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Chapter 4 Internet Addressing and Operation
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Chapter 4 Internet Addressing and Operation

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  1. Chapter 4 Internet Addressing and Operation Part 1: Data Communications in the Information Age

  2. Internal Addressing Internet naming conventions Subnet masks Static vs. dynamic IP addresses IP routing Internet tools for network managers Web page design tools Server configurations TCP/IP and security Topics Addressed in Chapter 4

  3. Converting to Binary

  4. Internet Addresses • IPv4 is currently the standard for IP addressing • IPv4 addressing is described in RFC 760 • 32-bit addresses are specified • IPv6 addresses are 128-bits in length • IPv6 is used in Internet2 and will be more widely used in the future on the Internet • IP addressing is primarily concerned with establishing a unique identity for networked computers • By doing this, IP addressing enables packets to be routed between networks and delivered to the appropriate host or node on the destination network

  5. IP Addressing Basics • IPv4 addresses are usually written as four separate numbers delineated by a period • For example: 101.209.33.17 • This way of representing an IP address is called the dotted-quad notation • Each number in the four-number group is represented as an 8-bit octet in an IPv4 header • For example: 101.209.33.17 would be represented as: • 01100101 11010001 00100001 00010001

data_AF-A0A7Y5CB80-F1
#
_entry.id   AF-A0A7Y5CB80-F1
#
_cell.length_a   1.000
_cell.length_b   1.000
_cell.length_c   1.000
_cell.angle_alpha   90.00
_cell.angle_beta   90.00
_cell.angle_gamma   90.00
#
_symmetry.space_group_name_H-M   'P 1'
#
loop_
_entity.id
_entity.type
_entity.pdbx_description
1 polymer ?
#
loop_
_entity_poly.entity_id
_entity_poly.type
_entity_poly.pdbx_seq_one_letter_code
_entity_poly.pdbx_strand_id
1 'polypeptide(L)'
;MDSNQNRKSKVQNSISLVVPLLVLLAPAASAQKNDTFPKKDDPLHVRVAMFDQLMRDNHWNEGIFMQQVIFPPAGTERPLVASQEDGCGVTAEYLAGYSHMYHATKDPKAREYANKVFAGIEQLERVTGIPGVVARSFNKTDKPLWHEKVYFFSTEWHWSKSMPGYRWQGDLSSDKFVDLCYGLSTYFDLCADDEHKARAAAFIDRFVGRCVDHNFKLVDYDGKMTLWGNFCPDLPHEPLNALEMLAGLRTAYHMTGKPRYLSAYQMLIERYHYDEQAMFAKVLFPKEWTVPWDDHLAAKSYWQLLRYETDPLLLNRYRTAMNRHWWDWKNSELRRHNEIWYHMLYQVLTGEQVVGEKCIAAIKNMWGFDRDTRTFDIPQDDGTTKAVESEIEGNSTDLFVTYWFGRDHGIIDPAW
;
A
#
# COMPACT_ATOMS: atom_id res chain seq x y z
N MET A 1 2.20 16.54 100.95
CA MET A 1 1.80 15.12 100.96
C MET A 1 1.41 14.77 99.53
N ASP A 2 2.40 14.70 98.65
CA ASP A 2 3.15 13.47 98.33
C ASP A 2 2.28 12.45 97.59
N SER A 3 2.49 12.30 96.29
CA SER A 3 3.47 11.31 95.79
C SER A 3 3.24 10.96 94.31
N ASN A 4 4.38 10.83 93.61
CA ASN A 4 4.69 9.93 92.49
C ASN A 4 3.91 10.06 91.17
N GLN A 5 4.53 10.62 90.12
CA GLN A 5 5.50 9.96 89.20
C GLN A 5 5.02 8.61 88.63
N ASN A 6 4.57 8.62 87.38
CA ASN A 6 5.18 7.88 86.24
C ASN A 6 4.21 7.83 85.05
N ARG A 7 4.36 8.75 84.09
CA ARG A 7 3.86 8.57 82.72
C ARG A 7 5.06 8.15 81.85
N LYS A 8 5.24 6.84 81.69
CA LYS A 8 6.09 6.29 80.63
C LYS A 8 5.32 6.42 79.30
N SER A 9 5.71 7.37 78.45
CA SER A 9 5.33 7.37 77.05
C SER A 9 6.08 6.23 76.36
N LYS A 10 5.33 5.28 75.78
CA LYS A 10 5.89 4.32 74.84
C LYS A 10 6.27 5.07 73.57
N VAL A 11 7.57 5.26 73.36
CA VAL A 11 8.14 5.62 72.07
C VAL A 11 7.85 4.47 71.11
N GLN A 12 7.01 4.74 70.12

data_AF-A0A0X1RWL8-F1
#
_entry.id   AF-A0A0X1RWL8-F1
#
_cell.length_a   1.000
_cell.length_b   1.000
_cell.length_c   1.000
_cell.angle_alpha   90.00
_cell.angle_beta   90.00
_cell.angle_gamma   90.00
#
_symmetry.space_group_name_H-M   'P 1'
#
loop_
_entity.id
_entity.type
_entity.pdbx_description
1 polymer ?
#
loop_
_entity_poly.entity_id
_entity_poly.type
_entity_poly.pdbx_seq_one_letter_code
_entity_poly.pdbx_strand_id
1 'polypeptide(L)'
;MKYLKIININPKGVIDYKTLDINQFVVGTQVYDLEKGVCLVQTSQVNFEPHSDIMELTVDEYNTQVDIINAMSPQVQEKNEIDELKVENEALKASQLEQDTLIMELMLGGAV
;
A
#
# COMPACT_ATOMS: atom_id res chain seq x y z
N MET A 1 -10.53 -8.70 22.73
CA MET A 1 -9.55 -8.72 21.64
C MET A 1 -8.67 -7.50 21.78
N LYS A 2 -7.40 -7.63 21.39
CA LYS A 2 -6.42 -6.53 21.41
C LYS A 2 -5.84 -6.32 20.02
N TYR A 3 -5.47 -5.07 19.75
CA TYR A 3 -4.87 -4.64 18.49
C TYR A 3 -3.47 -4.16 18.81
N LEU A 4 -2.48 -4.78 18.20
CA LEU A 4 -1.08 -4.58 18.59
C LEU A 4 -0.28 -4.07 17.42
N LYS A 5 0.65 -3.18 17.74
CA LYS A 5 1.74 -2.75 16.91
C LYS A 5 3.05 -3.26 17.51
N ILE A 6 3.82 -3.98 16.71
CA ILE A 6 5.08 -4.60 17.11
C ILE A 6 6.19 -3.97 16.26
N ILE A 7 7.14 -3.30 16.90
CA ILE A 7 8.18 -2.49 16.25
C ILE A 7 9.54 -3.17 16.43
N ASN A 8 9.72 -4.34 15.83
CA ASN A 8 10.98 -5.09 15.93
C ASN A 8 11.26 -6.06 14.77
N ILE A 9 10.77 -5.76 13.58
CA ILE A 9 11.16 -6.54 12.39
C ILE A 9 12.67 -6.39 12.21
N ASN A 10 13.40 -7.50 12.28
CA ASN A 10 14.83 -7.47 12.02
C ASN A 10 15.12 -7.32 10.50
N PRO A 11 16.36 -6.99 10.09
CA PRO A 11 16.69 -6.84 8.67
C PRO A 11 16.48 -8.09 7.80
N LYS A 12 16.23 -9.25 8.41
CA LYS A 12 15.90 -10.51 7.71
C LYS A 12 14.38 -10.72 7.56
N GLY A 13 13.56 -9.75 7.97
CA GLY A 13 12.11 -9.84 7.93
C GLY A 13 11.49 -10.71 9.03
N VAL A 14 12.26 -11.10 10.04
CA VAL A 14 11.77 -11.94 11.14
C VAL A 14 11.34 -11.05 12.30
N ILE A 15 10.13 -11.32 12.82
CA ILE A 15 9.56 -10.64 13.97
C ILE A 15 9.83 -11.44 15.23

6. More IP Addressing Basics • In IPv4, each 32-bit IP address is subdivided into network and host/node portions • This is illustrated in Figure 4-2 • The composition of the first four bits in the IP address specifies whether the network portion is 1, 2, or 3 bytes in length • These four bits determine whether the host/node has a Class A, B, C, D, E address (see Table 4-1)

  7. Figure 4-2

  8. IPv4 Address ClassesTable 4-1

  9. IPv4 ClassesTable 4-2

  10. Reserved IP Addresses • The developers of the IPv4 addressing scheme reserved three blocks of addresses for networks that would not be connected to the Internet • These are identified and defined in RFC 1918 • Reserved address ranges are illustrated in Table 4-3

  11. Table 4-3

  12. Domain Names • For most Internet users, dotted-quad representations for Internet hosts/nodes are cumbersome. As a result, most users rely on domain name conventions instead • Domain names are included in URLs • A domain name is a word-orientated representation of an Internet address • ICANN is responsible for approving domain names, including abbreviations used in URLs

  13. Domain Name Conventions • The address elements of a domain name are ordered from most to least specific • For example, in frodo.mycompany.com.us • frodo probably represents the name of an Internet host owned by the company mycompany • The com identifies the mycompany entity as a company and us identifies the country in which the host’s network is located • The hierarchical nature of domain names is illustrated in Figure 4-3